Posts Categorized: Google

Google absolutely crushes other social networks and here’s why

Special thanks to BusinessInsider.com for this image.

Special thanks to BusinessInsider.com.

It’s fashionable to say social is popular, while old dogs like Google are on the decline.
You can cite a litany of failures in Wave, Google+, Orkut, Latitude, Buzz, or whatever.
And you might note that Facebook will earn $4.8 billion in display ads this year versus Google’s $4 billion– pulling ahead for the first time.
In the last year, Facebook has added 200 million users. The  stock price is at $74, and the company is worth $206 billion.

Yet Google makes $30 per user per quarter, while Facebook makes only $6.
Twitter makes only $3, so a tenth of what Google makes and half of Facebook’s monetization.

96% of Google’s revenue comes from advertising, most of which is search.
And what advertiser doesn’t want to put their dollars where consumers are buying?

Here are a few things to consider for this tide to turn:

  • Last click attribution is still strong: As long as people are using last click attribution, they’ll put money into branded search terms and other over-weighted sources of “conversions”.  Heck, they don’t even know what last click is, since a conversion is a conversion. Multi-touch and assisted conversions don’t matter yet for the mainstream.
  • Social networks are not just people posting personal statuses and pictures: Google and Facebook both know that whoever controls the log-in controls the content production. I believe recently, because of mobile logins, more people are logging into Facebook to communicate than mail platforms. But of the Four Horsemen, you could even say that Apple will win, since they’ll own the device, but that Amazon will win, since they own the credit card. So do you want to own the user’s content (Facebook), their logins (Google), their device (Apple), or their credit card (Amazon).  The lower in the stack, the more you can pull the rug out from the others above you.  And Facebook is at the top of this stack.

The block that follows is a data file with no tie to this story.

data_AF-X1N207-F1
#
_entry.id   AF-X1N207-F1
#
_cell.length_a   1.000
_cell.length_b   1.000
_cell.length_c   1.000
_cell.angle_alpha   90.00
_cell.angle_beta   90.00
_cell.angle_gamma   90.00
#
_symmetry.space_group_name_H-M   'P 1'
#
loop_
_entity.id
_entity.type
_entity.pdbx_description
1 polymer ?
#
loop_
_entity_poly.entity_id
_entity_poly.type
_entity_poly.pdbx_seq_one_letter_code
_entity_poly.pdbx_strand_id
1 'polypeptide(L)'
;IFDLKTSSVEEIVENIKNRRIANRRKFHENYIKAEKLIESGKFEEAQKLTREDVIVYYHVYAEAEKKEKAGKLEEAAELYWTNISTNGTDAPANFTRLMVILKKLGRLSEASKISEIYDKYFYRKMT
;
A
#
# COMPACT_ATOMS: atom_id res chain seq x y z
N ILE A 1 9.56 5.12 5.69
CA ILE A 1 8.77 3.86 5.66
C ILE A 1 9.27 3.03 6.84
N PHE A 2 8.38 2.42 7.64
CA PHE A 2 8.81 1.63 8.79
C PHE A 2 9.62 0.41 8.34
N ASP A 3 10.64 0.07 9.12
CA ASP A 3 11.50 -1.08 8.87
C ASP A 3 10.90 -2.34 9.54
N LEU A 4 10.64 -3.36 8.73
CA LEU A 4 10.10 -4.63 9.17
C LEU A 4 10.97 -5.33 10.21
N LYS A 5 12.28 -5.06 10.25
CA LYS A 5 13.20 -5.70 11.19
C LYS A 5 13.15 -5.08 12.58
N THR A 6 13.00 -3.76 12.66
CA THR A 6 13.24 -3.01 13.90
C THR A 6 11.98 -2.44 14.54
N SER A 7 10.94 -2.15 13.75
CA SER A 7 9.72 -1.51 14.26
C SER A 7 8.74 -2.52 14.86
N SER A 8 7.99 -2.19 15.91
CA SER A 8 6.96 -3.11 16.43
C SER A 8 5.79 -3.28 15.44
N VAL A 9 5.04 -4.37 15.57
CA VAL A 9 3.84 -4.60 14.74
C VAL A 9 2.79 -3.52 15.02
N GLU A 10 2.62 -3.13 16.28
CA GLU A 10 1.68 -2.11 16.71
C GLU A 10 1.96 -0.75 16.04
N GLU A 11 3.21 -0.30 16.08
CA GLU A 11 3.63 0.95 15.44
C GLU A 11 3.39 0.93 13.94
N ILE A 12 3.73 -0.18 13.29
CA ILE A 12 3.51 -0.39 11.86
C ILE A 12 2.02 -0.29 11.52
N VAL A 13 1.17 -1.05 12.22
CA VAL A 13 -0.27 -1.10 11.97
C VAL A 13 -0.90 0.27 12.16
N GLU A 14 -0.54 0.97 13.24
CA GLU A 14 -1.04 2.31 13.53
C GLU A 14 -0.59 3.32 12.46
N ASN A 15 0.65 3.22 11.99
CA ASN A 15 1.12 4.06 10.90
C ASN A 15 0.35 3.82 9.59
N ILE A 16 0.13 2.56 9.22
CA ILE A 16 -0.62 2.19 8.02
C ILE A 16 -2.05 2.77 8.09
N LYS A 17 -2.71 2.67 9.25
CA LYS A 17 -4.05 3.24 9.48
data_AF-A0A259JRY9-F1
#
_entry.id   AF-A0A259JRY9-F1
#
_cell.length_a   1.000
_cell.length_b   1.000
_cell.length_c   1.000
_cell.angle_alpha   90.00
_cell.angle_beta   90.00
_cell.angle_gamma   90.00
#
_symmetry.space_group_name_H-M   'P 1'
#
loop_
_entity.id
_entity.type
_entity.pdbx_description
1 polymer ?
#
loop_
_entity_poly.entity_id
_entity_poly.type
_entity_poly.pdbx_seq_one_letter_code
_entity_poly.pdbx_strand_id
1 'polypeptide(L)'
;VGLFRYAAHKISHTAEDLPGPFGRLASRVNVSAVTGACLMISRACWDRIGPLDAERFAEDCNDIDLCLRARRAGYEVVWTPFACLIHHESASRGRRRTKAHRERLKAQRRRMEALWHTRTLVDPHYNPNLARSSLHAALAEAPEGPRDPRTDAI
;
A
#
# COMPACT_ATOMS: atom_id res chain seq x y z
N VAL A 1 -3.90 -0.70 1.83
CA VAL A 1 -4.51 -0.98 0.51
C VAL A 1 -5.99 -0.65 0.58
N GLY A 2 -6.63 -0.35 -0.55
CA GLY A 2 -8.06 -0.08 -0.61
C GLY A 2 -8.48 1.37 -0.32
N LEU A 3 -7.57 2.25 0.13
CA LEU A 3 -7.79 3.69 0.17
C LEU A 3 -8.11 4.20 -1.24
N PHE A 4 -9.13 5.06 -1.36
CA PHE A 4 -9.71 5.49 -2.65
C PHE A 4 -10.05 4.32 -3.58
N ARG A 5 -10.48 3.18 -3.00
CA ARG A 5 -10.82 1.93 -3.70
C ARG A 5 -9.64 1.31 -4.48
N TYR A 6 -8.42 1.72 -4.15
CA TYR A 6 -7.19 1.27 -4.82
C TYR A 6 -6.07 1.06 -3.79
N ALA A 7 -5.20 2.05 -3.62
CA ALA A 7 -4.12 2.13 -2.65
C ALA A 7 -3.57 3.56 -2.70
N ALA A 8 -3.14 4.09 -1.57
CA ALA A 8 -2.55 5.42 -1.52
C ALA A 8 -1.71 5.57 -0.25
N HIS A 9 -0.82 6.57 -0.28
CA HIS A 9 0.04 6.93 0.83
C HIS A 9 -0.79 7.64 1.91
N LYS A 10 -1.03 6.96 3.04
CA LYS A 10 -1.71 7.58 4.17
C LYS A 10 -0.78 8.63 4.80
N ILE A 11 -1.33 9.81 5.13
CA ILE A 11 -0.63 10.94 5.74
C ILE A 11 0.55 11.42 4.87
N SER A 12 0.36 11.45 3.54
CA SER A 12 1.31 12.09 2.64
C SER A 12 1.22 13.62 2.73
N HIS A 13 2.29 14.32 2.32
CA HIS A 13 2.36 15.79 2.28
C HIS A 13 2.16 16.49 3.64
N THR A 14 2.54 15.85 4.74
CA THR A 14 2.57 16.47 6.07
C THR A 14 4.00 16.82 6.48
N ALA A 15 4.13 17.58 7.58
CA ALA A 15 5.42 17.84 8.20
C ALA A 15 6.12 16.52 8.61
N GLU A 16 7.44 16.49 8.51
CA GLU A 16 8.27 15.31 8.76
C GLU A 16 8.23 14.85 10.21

• People’s ingrained habits change slowly: A decade after ATMs were available, most people were still going into the bank with their check ledgers. Most small business owners still make orders via fax machines and advertise in the yellow pages. If you’re reading this, you’re a technology early adopter– not representative of the mainstream customer.

Google still has plenty of time to own the customer data.

They own a quarter of Uber, you know, plus are building self-driving cars.
Most people spend 22 minutes each way in their commute. Of those who go in a driver-less car, that’s 44 minutes a day to show ads to people.
You think wifi on airplanes or movie theater popcorn is expensive?  Try valuing the captive audience in a moving capsule.

The telcos and mobile device manufacturers have battled it out on walled gardens, but where do you really think the consumer’s attention and wallet is?
It’s retail, not online. And the physical world is where Google is preparing to dominate.  

The real social network is the shopkeeper who remembers the preferences of his best customers, not video snapchats.

Perfect Audience Acquired by Marin Software and What It Really Means

2014-06-05 16_12_20-Perfect Audience - Blitzmetrics - Dashboard

The real story is that native retargeting via Facebook and Google kills their business as a stand-alone. And the bigger picture is that retargeting is not just an add-on to PPC, but revolutionizes how we all need to think about advertising.

It now means we must integrate marketing automation with our paid search. And thus, our content makers must own the mantle of amplifiers, since they know the target and are closest to the customer.

The casualties are agencies that have depended for so long on the traditional ad agency model: one and done, set and forget, “Super Bowl” campaigns, and media planning cycles. Might as well bring a rusty knife to a drone fight.

Smart Facebook Remarketing- use FBX or WCA?

Screenshot 2014-05-28 20.41.12
I just did a search on Hipmunk.com to fly one of our new folks out here to Minneapolis.
Minutes later, on Facebook I get a retargeted ad with the fare I was just looking at.


This is something called dynamic retargeting, where you can show messages based on a rule– the product they just saw, how many pages on your site they visited, if they are a high value customer, or whatever.


If you’re e-commerce or have a LOT of product SKUs, then you need to use a 3rd party retargeting partner (through FBX– Facebook Exchange).
If you don’t need complex logic, then use native Facebook retargeting (called WCA– Website Custom Audiences), where you can still apply url-level rules.


Google has been doing this for years, so if you want the “full embrace”, you’d run with Facebook and Google retargeting together.
An AdRoll or Perfect Audience can do this for you via one-stop shopping, but if you’re a small biz or not super complex, you’re better off setting up retargeting directly.


And they’re still at it, but with a different variation.

Screenshot 2014-05-28 21.03.01

What converts best: Facebook or LinkedIn? Here are the results…

Interestingly, Facebook mobile converts slightly better than desktop newsfeed, but it depends on the product you’re selling, the content you’re promoting, and how much you’re asking for on the landing page.

The right-hand side ads fared poorly here, but delivered the most clicks and the highest share of new visitors. Of course, new visitors convert at a lower rate than retargeting traffic. So make sure you’re apples-to-apples.